Our choir will first sing “Kemach Min Hasak,” meaning “Oil from the sack,” a recipe for the making of sweet pancakes for Chanukah.  This comes from the Ashkenazic tradition of Eastern Europe.  (Song)

Next we have “Hazeremos un Merenda,” meaning “We shall make a meal” in Ladino.  This is a Sephardic children’s melody from Adrianopol in Turkey for the making of burmeuelos, a pancake of dough fried in oil, exactly the same dessert from the earlier song.  (Song)

Our choir will sing, “A Chanukah Prayer for Children,” by Ryan Brechmacher which was published just three years ago.  I know you will like it. (Song)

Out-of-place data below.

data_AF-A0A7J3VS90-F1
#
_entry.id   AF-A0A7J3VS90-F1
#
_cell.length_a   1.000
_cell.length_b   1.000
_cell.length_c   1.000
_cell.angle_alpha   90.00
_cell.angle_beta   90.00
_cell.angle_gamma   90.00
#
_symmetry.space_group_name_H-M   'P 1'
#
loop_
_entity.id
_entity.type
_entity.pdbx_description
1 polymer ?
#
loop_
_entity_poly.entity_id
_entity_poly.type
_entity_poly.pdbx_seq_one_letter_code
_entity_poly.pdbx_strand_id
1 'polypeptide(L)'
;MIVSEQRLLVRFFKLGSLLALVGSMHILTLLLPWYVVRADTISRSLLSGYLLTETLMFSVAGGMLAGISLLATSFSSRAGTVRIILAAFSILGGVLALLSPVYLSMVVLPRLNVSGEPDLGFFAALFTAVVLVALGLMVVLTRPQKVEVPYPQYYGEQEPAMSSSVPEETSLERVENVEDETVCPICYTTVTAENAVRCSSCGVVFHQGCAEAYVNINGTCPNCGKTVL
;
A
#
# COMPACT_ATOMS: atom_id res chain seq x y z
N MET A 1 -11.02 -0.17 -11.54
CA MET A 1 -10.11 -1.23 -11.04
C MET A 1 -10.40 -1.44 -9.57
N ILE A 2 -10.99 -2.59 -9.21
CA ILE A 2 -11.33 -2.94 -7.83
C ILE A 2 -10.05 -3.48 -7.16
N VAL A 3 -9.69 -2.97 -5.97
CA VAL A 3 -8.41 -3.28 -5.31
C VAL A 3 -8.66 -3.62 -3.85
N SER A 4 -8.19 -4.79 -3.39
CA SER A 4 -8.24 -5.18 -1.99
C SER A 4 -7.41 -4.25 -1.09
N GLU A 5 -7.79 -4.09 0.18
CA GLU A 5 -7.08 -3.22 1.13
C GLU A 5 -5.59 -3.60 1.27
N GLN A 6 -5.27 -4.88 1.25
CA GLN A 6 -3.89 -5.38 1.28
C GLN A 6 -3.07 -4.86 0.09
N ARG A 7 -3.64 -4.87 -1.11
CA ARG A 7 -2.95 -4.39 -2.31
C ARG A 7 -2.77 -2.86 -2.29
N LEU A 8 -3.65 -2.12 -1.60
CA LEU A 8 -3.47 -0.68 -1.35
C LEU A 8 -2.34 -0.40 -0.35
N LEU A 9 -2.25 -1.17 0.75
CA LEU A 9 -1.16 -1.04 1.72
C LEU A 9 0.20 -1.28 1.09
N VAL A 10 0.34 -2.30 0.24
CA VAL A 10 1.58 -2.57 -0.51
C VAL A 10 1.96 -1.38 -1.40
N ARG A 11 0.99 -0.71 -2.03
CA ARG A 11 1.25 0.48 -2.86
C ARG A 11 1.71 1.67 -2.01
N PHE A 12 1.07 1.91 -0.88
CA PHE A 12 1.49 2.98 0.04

Our fourth composition is “Ocho Kandelikas” which is “Eight Little Candles” in Ladino.  This is one of our favorites.

The last piece for this evening is Leonard Cohen’s “Halleluya,” performed in memory of the late, great Leonard Cohen, who died just a month ago, on November 7 at the age of eighty two in Los Angeles.  He originally wrote “Halleluya” in 1984 and performed it a year later.  It achieved lasting popular after being featured in the film “Shrek” in 2001.  It has been performed manifold times in over three hundred different versions.  This is certainly a fitting way to end tonight’s program.